Monitoring of Tampa Bay sediments for organic contaminants has been on-going since 1993 (excluding 1994). This program targets three classes of contaminants: polycyclic aromatic hydrocarbons, which include combustion products of petrochemicals used by automobiles and other vehicles; organochlorine pesticides, which include chemicals such as DDT and chlordane; and polychlorinated biphenyls, which have been used in electrical transformers. Most organochlorine pesticides and polychlorinated biphenyls are no longer produced because of their adverse effects on the environment. Polycyclic aromatic hydrocarbon contamination is almost totally confined to low salinity waters: the Lower Hillsborough River, Palm River, and portions of upper Hillsborough Bay. Some sites in the Hillsborough River have concentrations which are likely to be toxic to aquatic life. The highest concentrations were found in the Hillsborough River near I-275 and near the mouth of the Hillsborough. Polycyclic aromatic hydrocarbons were rarely detected in higher salinity waters and in the coarser, sandier sediments found in most of Tampa Bay. The major source of polycyclic aromatic hydrocarbons to the bay is likely urban stormwater runoff, although incinerators and coal-burning power plants also appear to be sources. The occurrence of pesticides, especially chlordane and DDT, were also generally confined to urban areas (e.g., Lower Hillsborough River, a Culbreath Bayou canal in Old Tampa Bay). Again, low salinity habitats were most affected by pesticides. The majority of Tampa Bay appears unimpacted by pesticides. Sources to the bay appear to primarily be urban stormwater Polychlorinated biphenyls have been found in very high concentrations in the Palm River, in moderate to high concentrations in the Lower Hillsborough River, and low to moderate concentrations in portions of upper Hillsborough Bay. Polychlorinated biphenyls were only rarely detected elsewhere in the bay. In general then, the urban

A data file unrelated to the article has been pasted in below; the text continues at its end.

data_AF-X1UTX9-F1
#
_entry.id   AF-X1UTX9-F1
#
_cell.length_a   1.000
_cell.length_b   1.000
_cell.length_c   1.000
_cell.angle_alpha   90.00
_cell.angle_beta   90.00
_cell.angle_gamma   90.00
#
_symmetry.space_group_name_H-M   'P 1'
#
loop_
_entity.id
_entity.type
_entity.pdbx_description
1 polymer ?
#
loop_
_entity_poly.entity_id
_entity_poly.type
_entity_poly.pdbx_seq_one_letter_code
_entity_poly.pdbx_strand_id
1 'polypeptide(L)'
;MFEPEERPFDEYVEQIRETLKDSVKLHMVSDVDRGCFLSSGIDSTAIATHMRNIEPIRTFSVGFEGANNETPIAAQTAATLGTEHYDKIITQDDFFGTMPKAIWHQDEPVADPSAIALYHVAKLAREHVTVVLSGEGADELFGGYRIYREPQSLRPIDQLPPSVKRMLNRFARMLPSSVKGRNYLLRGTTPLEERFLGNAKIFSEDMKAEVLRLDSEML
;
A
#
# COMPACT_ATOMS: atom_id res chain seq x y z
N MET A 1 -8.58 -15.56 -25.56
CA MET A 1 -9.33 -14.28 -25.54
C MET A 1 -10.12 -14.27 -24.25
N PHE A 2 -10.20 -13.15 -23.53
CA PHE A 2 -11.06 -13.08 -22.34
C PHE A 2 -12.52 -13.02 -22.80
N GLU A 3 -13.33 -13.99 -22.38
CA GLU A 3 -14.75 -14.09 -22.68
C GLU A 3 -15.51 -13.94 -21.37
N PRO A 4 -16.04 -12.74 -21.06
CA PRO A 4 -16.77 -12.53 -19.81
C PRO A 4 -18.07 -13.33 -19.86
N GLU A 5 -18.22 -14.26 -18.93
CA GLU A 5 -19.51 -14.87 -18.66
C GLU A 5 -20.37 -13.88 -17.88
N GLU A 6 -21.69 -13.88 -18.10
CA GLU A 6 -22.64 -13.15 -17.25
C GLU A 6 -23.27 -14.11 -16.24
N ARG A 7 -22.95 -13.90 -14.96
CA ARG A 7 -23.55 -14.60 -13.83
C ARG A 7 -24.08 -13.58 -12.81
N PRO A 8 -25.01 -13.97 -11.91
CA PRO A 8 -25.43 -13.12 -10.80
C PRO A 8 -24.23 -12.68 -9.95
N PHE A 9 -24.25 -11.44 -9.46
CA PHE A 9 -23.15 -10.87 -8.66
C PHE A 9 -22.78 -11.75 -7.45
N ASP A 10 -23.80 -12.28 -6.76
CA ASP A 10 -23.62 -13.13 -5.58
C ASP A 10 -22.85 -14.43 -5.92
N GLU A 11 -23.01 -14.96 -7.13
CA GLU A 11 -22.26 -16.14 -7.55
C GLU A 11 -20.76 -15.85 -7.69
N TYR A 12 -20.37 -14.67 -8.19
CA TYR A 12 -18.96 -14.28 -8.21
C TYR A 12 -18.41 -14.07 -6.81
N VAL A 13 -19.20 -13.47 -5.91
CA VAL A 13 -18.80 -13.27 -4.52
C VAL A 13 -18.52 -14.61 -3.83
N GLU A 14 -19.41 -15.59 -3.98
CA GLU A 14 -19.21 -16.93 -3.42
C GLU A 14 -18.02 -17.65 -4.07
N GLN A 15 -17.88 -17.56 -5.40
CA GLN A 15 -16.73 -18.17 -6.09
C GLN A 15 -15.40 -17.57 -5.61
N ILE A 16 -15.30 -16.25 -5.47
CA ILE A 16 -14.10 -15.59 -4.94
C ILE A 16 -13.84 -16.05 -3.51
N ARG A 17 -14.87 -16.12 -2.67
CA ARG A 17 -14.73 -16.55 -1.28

tributaries and residential canals are the areas primarily impacted by organic contaminants; the industrial portions of Hillsborough Bay appear less impacted.